In a union of two of the hottest trends in the US biopharma world, ICER is teaming up with a high-profile company to integrate real-world evidence in their assessment of treatment value.

The drug pricing watchdog — formally the Institute for Clinical and Economic Review — said it will utilize Aetion’s evidence platform in “select upcoming assessments” and their new 24-month re-evaluations of drugs granted accelerated approval by the FDA.

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First US Covid-19 tri­als set to get un­der­way in Ne­bras­ka and Wash­ing­ton, backed by NIH

The first US clinical trials on the novel coronavirus are scheduled to get underway next month at the University of Nebraska Medical Center, where American passengers were taken after being evacuated from the Diamond Princess cruise ship, and at the Kaiser Permanente Washington Health Research Institute. Both trials are sponsored by the NIH’s National Institute for Allergy and Infectious Diseases, which has led the US’s medical response to the outbreak.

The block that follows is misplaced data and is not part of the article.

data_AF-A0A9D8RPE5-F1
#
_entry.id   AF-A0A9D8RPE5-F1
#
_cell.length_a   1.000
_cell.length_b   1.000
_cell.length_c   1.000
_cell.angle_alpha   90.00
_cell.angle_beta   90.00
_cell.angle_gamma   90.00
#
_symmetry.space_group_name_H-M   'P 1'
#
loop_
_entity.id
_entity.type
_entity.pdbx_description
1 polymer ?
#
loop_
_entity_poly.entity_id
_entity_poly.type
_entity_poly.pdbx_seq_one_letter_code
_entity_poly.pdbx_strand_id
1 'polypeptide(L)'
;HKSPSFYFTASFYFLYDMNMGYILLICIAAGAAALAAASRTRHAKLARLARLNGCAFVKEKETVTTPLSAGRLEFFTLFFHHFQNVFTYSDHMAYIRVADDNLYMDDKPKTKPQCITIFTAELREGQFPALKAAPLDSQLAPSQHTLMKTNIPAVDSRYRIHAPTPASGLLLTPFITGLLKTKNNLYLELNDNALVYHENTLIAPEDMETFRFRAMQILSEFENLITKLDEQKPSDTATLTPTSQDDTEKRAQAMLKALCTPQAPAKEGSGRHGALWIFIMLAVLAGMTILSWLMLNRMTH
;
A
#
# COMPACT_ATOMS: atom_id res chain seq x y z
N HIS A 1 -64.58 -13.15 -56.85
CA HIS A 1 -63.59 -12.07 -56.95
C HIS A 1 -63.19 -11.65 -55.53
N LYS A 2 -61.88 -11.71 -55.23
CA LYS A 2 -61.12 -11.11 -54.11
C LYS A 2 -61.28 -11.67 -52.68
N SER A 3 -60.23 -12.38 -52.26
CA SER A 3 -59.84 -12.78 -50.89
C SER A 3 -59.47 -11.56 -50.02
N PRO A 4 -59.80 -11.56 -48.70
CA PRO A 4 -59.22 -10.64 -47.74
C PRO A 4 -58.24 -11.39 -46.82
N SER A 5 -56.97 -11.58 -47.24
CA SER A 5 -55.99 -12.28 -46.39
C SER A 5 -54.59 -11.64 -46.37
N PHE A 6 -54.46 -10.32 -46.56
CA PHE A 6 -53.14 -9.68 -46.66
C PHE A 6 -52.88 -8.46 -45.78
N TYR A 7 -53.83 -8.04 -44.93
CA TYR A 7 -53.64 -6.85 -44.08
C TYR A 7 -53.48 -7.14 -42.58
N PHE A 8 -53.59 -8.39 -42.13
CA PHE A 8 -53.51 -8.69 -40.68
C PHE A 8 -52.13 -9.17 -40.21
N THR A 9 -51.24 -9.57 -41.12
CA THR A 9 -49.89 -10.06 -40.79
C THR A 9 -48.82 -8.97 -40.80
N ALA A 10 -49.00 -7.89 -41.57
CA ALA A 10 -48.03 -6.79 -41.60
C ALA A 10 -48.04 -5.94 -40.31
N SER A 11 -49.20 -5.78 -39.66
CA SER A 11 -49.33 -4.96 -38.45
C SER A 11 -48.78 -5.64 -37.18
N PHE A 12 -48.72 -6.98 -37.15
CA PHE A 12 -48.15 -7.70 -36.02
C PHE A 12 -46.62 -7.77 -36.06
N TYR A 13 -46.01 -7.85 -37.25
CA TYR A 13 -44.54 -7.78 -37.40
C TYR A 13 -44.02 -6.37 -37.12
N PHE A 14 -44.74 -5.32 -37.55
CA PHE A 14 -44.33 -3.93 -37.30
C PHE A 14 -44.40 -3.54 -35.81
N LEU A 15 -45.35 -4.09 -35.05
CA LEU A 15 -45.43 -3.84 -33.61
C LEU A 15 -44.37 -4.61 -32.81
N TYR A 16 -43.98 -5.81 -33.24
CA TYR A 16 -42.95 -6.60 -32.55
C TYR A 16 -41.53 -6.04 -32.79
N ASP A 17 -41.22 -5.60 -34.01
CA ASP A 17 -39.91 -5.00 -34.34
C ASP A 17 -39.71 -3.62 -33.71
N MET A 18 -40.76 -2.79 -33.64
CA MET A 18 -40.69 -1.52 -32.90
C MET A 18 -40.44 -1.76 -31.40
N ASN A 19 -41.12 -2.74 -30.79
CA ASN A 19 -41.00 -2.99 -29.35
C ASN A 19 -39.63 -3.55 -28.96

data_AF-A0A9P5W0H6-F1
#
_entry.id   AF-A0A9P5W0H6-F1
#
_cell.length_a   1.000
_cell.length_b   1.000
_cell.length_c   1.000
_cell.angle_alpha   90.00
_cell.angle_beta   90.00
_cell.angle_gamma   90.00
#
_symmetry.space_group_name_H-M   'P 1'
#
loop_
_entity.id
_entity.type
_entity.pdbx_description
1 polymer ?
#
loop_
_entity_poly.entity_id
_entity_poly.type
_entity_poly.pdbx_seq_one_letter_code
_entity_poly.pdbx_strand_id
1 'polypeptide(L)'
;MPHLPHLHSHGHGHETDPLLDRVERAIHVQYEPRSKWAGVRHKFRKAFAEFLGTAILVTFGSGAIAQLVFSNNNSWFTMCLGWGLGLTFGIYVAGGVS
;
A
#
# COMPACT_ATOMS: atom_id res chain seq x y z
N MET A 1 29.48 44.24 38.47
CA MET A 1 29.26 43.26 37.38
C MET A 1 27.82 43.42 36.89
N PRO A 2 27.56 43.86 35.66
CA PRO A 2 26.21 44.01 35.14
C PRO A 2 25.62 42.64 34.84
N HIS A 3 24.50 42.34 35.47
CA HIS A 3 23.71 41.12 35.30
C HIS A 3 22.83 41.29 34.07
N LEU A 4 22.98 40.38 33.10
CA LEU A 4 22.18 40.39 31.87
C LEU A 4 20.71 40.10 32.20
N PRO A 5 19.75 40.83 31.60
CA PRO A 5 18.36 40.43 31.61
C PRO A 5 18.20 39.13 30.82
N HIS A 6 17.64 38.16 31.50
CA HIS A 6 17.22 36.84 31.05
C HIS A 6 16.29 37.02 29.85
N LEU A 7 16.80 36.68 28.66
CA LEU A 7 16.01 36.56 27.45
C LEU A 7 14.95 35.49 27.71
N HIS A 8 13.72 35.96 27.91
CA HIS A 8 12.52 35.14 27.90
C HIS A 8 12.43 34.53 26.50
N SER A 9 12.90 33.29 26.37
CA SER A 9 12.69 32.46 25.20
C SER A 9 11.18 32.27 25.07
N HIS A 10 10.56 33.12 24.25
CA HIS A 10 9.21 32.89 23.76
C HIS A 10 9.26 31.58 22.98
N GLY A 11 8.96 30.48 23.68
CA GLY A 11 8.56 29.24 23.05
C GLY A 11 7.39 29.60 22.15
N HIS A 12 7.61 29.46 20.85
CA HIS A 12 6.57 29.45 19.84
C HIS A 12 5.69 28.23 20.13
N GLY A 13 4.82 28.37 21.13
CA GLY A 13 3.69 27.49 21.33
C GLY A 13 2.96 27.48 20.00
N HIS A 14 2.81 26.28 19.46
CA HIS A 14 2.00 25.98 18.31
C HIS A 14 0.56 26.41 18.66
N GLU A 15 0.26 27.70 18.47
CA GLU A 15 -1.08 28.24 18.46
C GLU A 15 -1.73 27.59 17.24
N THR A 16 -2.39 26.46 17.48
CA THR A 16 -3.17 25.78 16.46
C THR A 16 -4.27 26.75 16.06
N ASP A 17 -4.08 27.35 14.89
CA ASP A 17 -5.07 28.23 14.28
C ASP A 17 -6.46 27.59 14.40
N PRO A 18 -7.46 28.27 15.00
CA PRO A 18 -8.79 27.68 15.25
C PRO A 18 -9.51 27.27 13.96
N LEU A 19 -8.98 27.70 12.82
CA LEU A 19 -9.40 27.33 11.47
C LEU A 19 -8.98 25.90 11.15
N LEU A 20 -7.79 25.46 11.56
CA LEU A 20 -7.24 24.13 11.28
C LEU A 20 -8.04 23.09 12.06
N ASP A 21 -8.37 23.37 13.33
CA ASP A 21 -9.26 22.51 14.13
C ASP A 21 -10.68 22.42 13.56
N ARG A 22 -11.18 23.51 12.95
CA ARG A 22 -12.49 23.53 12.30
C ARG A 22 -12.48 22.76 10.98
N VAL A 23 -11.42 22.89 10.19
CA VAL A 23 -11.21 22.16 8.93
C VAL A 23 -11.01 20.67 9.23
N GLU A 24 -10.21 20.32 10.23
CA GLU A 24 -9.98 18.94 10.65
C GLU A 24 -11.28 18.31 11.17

Mallinck­rodt, once the na­tion’s largest oxy­codone pro­duc­er, an­nounces ten­ta­tive $1.6B set­tle­ment

Three years after it first paid out fines for its role in the US opioid abuse epidemic, Mallinckrodt has announced an agreement-in-principle that will see the company pay out $1.6 billion and place its generics unit in bankruptcy.

The tentative deal would settle hundreds of lawsuits from state and local governments over Mallinckrodt’s role in the epidemic, while also helping address the company’s increasingly mountainous debt. Although Purdue Pharma has drawn the bulk of both public and legal acrimony for opioid sales, documents made public earlier this year showed that Mallinckrodt subsidiary SpecGx, along with the generic subsidiaries of Teva and Endo Pharmaceuticals, accounted for the vast majority of the 76 billion opioid pills distributed from 2006 to 2012. Mallinckrodt was at the top of that list.